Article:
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Resolution (PRC & SFY: AAC patent lawsuit)

A short one today, and mostly just some information for those of you who have been following the legal wranglings between the developers of the AAC app Speak for Yourself and the Prentke Romich Company. Both companies released a statement last week:

Semantic Compaction Systems, Inc. (“Semantic”), Prentke Romich Company, Inc. (“PRC”) and Speak for Yourself, LLC (“SFY”) have announced the settlement of the lawsuit and all claims related to the SFY augmentative and alternative communication (“AAC”) software application. In connection with the settlement, Semantic has agreed to grant a non-exclusive license as to two of Semantic’s patents, i.e., U.S. Patent Nos. 5,748,177 and 5,920,303 and certain Semantic copyrights relating to the Minspeak®/Unity® language system for augmentative and alternative communication. As part of the settlement, Semantic and PRC have agreed to withdraw their infringement or take down notices. Under the license, Semantic and PRC will not issue any new infringement or take-down notices to providers associated with the SFY AAC software application. All other terms of the settlement and license are confidential.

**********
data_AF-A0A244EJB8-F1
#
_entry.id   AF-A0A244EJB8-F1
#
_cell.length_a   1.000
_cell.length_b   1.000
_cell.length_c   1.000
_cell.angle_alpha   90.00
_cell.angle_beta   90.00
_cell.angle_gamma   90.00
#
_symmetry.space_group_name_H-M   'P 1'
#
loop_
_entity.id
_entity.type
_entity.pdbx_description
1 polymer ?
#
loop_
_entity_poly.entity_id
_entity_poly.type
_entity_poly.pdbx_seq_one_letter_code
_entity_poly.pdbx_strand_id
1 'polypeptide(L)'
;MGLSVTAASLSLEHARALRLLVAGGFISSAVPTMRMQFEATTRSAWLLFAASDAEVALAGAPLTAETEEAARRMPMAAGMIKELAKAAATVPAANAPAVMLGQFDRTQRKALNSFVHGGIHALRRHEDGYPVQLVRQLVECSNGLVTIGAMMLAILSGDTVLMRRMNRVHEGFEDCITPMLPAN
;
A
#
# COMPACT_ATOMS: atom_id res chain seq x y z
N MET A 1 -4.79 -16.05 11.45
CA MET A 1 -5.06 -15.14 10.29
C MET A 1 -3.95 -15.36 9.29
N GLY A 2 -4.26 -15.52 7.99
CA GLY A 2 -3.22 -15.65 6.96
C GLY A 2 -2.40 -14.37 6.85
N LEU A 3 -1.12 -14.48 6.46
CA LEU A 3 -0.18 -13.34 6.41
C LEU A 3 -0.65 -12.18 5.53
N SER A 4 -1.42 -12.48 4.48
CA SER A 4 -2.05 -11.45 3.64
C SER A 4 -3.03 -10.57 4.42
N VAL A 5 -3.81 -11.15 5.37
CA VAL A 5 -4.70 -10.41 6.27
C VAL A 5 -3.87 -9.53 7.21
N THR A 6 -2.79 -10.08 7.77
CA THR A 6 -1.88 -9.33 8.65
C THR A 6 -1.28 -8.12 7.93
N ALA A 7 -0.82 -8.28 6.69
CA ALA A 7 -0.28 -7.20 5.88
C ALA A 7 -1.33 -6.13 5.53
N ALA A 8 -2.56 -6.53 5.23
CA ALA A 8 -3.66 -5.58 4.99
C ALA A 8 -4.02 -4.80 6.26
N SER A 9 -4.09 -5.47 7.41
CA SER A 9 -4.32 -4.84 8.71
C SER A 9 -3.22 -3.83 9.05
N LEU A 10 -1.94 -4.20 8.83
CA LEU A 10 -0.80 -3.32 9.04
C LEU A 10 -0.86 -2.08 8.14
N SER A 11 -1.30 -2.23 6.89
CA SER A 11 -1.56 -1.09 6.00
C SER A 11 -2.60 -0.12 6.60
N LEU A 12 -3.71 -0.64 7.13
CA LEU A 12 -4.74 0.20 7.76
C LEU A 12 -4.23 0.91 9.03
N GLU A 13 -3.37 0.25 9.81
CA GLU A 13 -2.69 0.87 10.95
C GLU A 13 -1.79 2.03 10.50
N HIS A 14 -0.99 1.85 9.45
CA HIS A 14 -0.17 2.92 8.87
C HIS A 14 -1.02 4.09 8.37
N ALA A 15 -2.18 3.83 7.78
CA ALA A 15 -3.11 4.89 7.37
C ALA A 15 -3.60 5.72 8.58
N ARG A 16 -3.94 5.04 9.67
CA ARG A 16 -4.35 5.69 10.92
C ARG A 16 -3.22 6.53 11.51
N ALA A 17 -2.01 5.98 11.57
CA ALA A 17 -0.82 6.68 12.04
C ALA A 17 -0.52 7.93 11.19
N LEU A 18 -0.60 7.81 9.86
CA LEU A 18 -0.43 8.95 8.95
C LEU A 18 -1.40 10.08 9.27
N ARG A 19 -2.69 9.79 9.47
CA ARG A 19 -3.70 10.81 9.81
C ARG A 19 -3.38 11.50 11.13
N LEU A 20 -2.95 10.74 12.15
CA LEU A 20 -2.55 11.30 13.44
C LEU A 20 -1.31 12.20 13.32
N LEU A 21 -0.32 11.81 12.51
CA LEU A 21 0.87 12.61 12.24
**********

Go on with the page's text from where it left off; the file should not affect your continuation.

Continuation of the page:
So that’s it, I guess.

Fellow AAC parent Dana Nieder writes about this at length on her blog, so there’s not a great deal I can add to what she’s said. Like most legal resolutions, this one is complicated, I guess.

When you start asking “Who won this case?”, there are a lot of grey areas. PRC receives a licensing fee, but they also have to accept a competitor on the market, something that may bite even more acutely now that they’ve got their own AAC app for the iPad. Speak for Yourself has to pay this fee, and perhaps more importantly has to accept the sting of paying said fee for a copyright that they still very much insist they’re not infringing upon, making it more difficult to make that case now. But they get to exist and continue development and sales of their app, which I suppose is really all they were looking to do in the first place.

For those of us who have followed this case, and particularly those of us for whom there is a very large personal element at play, it ultimately feels like a good thing. A very, very good thing. For the time being, I’m just going to leave it at that.

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